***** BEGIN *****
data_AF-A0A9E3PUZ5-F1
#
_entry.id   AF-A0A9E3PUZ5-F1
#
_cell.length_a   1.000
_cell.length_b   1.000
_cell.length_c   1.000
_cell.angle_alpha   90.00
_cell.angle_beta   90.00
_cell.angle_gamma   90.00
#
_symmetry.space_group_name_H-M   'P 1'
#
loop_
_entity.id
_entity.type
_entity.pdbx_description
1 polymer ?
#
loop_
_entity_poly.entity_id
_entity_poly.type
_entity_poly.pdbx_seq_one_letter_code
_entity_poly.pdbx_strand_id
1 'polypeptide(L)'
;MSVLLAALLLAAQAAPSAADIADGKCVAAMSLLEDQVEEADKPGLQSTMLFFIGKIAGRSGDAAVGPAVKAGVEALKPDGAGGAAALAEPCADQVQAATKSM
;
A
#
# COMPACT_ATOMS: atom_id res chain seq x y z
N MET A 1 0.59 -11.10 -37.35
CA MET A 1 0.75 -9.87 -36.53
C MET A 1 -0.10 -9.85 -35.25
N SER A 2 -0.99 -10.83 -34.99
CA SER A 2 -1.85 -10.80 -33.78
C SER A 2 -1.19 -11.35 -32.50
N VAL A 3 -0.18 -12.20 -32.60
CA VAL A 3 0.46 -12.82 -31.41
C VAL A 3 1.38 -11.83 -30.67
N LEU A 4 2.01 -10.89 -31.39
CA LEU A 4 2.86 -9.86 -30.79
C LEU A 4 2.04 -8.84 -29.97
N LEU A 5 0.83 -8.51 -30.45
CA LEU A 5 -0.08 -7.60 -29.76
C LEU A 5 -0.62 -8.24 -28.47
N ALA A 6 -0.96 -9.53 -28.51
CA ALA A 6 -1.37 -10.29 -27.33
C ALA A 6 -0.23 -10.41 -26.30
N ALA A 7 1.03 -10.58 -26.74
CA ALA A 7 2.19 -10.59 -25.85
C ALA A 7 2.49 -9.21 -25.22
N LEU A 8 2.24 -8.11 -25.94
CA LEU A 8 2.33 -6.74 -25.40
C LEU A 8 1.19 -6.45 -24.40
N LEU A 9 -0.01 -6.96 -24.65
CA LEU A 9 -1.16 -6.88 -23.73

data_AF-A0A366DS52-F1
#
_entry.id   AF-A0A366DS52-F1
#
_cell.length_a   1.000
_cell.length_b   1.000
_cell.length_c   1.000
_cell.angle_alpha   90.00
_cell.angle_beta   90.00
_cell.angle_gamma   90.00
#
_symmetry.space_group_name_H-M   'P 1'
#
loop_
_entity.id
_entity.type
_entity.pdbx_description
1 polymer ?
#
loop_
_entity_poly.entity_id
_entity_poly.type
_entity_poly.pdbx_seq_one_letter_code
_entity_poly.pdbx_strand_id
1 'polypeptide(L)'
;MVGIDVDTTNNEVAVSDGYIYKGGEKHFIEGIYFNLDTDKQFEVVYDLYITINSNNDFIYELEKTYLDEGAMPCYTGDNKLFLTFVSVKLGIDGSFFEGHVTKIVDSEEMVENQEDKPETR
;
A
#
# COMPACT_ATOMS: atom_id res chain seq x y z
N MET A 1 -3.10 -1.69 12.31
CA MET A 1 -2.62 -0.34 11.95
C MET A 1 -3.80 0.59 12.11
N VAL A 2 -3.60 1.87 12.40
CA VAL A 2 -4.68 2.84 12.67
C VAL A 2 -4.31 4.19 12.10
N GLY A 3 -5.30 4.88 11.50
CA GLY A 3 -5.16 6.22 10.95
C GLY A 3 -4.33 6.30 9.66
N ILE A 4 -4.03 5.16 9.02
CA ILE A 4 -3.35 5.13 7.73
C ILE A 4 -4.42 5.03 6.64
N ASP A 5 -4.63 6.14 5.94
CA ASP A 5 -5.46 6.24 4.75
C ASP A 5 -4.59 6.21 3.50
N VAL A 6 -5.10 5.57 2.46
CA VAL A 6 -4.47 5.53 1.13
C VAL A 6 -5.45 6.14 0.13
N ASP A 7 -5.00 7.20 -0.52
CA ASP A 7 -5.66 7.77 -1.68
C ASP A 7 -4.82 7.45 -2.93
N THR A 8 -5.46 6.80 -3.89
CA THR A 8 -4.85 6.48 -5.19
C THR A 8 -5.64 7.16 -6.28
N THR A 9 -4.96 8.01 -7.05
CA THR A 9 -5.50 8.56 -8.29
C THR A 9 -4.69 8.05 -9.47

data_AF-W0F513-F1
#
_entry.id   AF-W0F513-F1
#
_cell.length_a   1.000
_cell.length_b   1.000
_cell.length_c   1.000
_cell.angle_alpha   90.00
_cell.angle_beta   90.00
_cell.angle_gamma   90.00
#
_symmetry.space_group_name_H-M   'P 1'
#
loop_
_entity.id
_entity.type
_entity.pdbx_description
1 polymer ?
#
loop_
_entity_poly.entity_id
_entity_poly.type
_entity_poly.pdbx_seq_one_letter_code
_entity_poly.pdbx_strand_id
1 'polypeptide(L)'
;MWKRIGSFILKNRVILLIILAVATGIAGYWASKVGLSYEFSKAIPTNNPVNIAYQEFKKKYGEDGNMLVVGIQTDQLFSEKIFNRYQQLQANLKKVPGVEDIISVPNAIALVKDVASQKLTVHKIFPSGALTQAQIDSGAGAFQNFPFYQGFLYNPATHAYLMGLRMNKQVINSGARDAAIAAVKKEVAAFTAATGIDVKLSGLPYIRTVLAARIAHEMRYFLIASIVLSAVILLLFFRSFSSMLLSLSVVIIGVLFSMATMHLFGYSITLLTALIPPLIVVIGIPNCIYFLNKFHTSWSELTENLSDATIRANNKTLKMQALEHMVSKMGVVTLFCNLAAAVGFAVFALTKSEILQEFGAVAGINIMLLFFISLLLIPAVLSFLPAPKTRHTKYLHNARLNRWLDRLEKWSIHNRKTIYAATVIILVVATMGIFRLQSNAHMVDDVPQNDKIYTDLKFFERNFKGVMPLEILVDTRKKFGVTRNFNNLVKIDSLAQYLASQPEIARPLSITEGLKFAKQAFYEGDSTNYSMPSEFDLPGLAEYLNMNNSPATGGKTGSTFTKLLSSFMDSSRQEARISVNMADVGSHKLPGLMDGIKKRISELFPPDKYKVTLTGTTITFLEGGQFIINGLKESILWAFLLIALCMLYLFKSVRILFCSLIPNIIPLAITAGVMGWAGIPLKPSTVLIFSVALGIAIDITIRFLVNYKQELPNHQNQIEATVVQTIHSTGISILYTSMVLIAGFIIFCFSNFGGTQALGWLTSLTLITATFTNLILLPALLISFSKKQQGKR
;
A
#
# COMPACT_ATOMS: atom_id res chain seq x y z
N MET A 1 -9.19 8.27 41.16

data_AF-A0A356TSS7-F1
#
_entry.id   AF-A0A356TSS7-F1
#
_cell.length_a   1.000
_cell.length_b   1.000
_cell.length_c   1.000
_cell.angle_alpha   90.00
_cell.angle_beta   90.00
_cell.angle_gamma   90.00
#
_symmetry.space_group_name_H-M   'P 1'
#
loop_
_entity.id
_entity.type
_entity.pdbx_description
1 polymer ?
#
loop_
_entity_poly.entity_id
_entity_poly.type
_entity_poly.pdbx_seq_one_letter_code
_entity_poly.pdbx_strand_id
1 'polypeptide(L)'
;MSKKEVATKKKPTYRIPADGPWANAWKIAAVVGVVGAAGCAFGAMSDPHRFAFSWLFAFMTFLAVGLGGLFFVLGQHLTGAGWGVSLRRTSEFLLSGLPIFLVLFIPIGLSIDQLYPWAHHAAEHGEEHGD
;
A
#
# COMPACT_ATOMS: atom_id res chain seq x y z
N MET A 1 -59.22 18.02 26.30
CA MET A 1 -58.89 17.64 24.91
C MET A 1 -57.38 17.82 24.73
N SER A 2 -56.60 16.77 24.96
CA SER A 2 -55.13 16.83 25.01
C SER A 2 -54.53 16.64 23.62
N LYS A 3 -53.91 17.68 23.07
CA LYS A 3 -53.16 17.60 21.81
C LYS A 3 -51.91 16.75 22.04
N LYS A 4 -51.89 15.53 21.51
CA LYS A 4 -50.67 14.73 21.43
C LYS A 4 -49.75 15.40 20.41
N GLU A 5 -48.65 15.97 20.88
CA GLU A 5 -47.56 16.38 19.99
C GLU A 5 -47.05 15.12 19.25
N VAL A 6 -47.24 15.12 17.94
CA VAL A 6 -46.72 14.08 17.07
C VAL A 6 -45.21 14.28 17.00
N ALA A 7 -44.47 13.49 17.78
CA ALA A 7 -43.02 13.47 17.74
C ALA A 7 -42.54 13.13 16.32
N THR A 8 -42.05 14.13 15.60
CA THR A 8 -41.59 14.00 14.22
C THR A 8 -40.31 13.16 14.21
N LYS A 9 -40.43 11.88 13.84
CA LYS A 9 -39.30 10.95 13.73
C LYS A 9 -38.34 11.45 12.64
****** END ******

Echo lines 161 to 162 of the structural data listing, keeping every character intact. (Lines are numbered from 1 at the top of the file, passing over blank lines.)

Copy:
_entity.pdbx_description
1 polymer ?